Similarly, decentralized protocols are non-jurisdictional open-source public utilities, ubiquitous, and consequently not controlled. Therefore, enforcing regulation on these protocols is equivalent to dictating the body of water that makes up the Pacific Ocean - futile. But, the value derived from these protocols is in how they are used and how that use is regulated - in the same way, we create and control ships and shipping lanes to help drive commerce.
Approaching a protocol in this manner helps one understand how to apply the current tooling of public policy and regulation to protect consumers and investors. In addition, it becomes clear that an activity-based framework informs public policy on using existing regulations and identifying new tooling required to address potential gaps.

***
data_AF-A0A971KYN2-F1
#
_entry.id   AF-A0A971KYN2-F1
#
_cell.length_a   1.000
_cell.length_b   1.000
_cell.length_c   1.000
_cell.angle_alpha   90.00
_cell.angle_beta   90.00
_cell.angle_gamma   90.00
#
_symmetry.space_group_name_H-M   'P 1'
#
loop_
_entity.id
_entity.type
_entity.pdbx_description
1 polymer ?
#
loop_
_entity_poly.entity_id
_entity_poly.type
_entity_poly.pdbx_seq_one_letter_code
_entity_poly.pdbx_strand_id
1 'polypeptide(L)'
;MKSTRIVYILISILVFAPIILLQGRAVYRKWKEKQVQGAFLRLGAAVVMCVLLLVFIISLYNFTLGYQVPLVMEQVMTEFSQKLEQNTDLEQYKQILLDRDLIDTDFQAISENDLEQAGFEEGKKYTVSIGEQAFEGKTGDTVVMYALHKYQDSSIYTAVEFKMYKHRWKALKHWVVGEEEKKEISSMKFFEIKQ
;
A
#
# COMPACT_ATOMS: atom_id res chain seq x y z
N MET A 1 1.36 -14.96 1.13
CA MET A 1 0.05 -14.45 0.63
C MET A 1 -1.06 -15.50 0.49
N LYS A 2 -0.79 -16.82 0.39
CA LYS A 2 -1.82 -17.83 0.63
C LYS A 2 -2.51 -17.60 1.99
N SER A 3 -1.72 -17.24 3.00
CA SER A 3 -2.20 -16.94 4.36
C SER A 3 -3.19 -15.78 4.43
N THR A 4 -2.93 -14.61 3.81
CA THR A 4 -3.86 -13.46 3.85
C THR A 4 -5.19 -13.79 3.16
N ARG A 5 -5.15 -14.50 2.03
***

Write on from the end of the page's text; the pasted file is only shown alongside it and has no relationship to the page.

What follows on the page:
Public policies and regulations are inherently bound to the jurisdictions that produce them. Protocols are not, but using them is an activity bound within a jurisdiction. Linux is a non-jurisdictional open-source operating system available to anyone. Still, a product or service created using Linux is regulated within its jurisdiction of creation or use.
The same thinking applies to protocols, especially concerning their development, deployment, and decentralization.
Recall the Triangular mental model for a protocol's path to become decentralized. The path is comprised of four steps: 1) the start, called the Control point, 2) the Launch, then 3) Growth, and finally 4) Decentralization. Each step strengthens the protocol's resilience and robustness through decentralization.
Implicit in that path is the protocol becoming sufficiently decentralized during the Launch step, developing sustainability through Growth, and building an ecosystem into Decentralization, the final step.